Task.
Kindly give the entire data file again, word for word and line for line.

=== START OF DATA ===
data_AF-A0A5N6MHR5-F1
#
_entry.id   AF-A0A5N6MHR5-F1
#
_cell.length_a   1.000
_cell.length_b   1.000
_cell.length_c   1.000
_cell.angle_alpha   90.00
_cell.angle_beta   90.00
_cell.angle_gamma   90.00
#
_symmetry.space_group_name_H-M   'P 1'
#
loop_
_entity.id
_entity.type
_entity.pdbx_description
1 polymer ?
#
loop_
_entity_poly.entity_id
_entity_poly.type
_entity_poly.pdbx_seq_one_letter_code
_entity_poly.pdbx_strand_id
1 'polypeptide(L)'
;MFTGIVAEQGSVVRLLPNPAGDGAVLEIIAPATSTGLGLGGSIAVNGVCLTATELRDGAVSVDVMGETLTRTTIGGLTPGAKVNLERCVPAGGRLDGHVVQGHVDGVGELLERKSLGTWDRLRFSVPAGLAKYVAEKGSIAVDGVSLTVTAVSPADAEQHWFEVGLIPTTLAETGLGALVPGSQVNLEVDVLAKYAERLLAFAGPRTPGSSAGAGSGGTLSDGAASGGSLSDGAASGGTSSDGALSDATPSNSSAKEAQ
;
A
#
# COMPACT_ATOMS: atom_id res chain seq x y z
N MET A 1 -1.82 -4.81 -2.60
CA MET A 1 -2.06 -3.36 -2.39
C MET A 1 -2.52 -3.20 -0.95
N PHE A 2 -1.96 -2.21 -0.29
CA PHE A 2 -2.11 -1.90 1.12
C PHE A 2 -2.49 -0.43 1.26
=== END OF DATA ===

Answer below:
data_AF-A0A5N6MHR5-F1
#
_entry.id   AF-A0A5N6MHR5-F1
#
_cell.length_a   1.000
_cell.length_b   1.000
_cell.length_c   1.000
_cell.angle_alpha   90.00
_cell.angle_beta   90.00
_cell.angle_gamma   90.00
#
_symmetry.space_group_name_H-M   'P 1'
#
loop_
_entity.id
_entity.type
_entity.pdbx_description
1 polymer ?
#
loop_
_entity_poly.entity_id
_entity_poly.type
_entity_poly.pdbx_seq_one_letter_code
_entity_poly.pdbx_strand_id
1 'polypeptide(L)'
;MFTGIVAEQGSVVRLLPNPAGDGAVLEIIAPATSTGLGLGGSIAVNGVCLTATELRDGAVSVDVMGETLTRTTIGGLTPGAKVNLERCVPAGGRLDGHVVQGHVDGVGELLERKSLGTWDRLRFSVPAGLAKYVAEKGSIAVDGVSLTVTAVSPADAEQHWFEVGLIPTTLAETGLGALVPGSQVNLEVDVLAKYAERLLAFAGPRTPGSSAGAGSGGTLSDGAASGGSLSDGAASGGTSSDGALSDATPSNSSAKEAQ
;
A
#
# COMPACT_ATOMS: atom_id res chain seq x y z
N MET A 1 -1.82 -4.81 -2.60
CA MET A 1 -2.06 -3.36 -2.39
C MET A 1 -2.52 -3.20 -0.95
N PHE A 2 -1.96 -2.21 -0.29
CA PHE A 2 -2.11 -1.90 1.12
C PHE A 2 -2.49 -0.43 1.26